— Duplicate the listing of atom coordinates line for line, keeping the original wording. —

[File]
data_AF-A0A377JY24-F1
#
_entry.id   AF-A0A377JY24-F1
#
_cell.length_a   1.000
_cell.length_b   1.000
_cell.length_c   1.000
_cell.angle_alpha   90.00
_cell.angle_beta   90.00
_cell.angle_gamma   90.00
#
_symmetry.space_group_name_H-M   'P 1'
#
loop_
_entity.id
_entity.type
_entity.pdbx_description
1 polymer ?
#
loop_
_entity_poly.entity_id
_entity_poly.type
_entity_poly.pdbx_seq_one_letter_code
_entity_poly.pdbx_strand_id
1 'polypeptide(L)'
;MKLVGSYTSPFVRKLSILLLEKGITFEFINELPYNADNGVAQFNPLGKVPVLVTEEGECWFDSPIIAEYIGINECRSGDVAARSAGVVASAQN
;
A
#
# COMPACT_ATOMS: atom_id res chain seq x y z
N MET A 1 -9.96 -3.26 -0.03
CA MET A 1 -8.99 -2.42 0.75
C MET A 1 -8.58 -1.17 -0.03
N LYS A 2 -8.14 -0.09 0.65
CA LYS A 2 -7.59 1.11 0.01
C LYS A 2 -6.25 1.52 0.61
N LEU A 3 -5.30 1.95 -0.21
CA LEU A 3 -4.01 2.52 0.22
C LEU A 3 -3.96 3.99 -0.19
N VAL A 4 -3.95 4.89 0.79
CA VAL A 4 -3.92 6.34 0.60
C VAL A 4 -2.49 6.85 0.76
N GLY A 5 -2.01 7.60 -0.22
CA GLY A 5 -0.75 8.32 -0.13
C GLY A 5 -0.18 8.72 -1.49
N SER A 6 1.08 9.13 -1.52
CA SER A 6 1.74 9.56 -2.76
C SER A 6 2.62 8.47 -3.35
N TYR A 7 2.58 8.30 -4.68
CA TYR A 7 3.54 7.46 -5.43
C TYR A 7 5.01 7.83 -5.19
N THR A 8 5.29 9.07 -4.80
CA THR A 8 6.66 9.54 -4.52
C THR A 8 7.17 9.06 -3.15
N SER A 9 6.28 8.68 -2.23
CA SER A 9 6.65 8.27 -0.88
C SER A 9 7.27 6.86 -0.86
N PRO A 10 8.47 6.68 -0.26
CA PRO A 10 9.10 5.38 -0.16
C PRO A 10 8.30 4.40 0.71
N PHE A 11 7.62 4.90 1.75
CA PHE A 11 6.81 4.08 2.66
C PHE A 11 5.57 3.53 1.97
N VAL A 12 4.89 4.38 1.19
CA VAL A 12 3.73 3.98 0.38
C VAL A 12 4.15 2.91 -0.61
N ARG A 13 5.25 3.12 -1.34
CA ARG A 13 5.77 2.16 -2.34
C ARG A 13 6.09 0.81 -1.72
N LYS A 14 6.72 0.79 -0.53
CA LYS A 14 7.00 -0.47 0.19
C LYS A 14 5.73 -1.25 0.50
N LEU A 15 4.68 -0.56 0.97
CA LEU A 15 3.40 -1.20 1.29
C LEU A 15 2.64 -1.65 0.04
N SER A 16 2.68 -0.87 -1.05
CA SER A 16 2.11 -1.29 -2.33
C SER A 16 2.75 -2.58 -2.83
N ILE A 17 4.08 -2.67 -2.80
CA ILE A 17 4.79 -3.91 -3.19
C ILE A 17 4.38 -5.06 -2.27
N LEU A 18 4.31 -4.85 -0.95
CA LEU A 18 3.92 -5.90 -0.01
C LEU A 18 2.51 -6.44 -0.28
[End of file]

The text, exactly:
data_AF-A0A377JY24-F1
#
_entry.id   AF-A0A377JY24-F1
#
_cell.length_a   1.000
_cell.length_b   1.000
_cell.length_c   1.000
_cell.angle_alpha   90.00
_cell.angle_beta   90.00
_cell.angle_gamma   90.00
#
_symmetry.space_group_name_H-M   'P 1'
#
loop_
_entity.id
_entity.type
_entity.pdbx_description
1 polymer ?
#
loop_
_entity_poly.entity_id
_entity_poly.type
_entity_poly.pdbx_seq_one_letter_code
_entity_poly.pdbx_strand_id
1 'polypeptide(L)'
;MKLVGSYTSPFVRKLSILLLEKGITFEFINELPYNADNGVAQFNPLGKVPVLVTEEGECWFDSPIIAEYIGINECRSGDVAARSAGVVASAQN
;
A
#
# COMPACT_ATOMS: atom_id res chain seq x y z
N MET A 1 -9.96 -3.26 -0.03
CA MET A 1 -8.99 -2.42 0.75
C MET A 1 -8.58 -1.17 -0.03
N LYS A 2 -8.14 -0.09 0.65
CA LYS A 2 -7.59 1.11 0.01
C LYS A 2 -6.25 1.52 0.61
N LEU A 3 -5.30 1.95 -0.21
CA LEU A 3 -4.01 2.52 0.22
C LEU A 3 -3.96 3.99 -0.19
N VAL A 4 -3.95 4.89 0.79
CA VAL A 4 -3.92 6.34 0.60
C VAL A 4 -2.49 6.85 0.76
N GLY A 5 -2.01 7.60 -0.22
CA GLY A 5 -0.75 8.32 -0.13
C GLY A 5 -0.18 8.72 -1.49
N SER A 6 1.08 9.13 -1.52
CA SER A 6 1.74 9.56 -2.76
C SER A 6 2.62 8.47 -3.35
N TYR A 7 2.58 8.30 -4.68
CA TYR A 7 3.54 7.46 -5.43
C TYR A 7 5.01 7.83 -5.19
N THR A 8 5.29 9.07 -4.80
CA THR A 8 6.66 9.54 -4.52
C THR A 8 7.17 9.06 -3.15
N SER A 9 6.28 8.68 -2.23
CA SER A 9 6.65 8.27 -0.88
C SER A 9 7.27 6.86 -0.86
N PRO A 10 8.47 6.68 -0.26
CA PRO A 10 9.10 5.38 -0.16
C PRO A 10 8.30 4.40 0.71
N PHE A 11 7.62 4.90 1.75
CA PHE A 11 6.81 4.08 2.66
C PHE A 11 5.57 3.53 1.97
N VAL A 12 4.89 4.38 1.19
CA VAL A 12 3.73 3.98 0.38
C VAL A 12 4.15 2.91 -0.61
N ARG A 13 5.25 3.12 -1.34
CA ARG A 13 5.77 2.16 -2.34
C ARG A 13 6.09 0.81 -1.72
N LYS A 14 6.72 0.79 -0.53
CA LYS A 14 7.00 -0.47 0.19
C LYS A 14 5.73 -1.25 0.50
N LEU A 15 4.68 -0.56 0.97
CA LEU A 15 3.40 -1.20 1.29
C LEU A 15 2.64 -1.65 0.04
N SER A 16 2.68 -0.87 -1.05
CA SER A 16 2.11 -1.29 -2.33
C SER A 16 2.75 -2.58 -2.83
N ILE A 17 4.08 -2.67 -2.80
CA ILE A 17 4.79 -3.91 -3.19
C ILE A 17 4.38 -5.06 -2.27
N LEU A 18 4.31 -4.85 -0.95
CA LEU A 18 3.92 -5.90 -0.01
C LEU A 18 2.51 -6.44 -0.28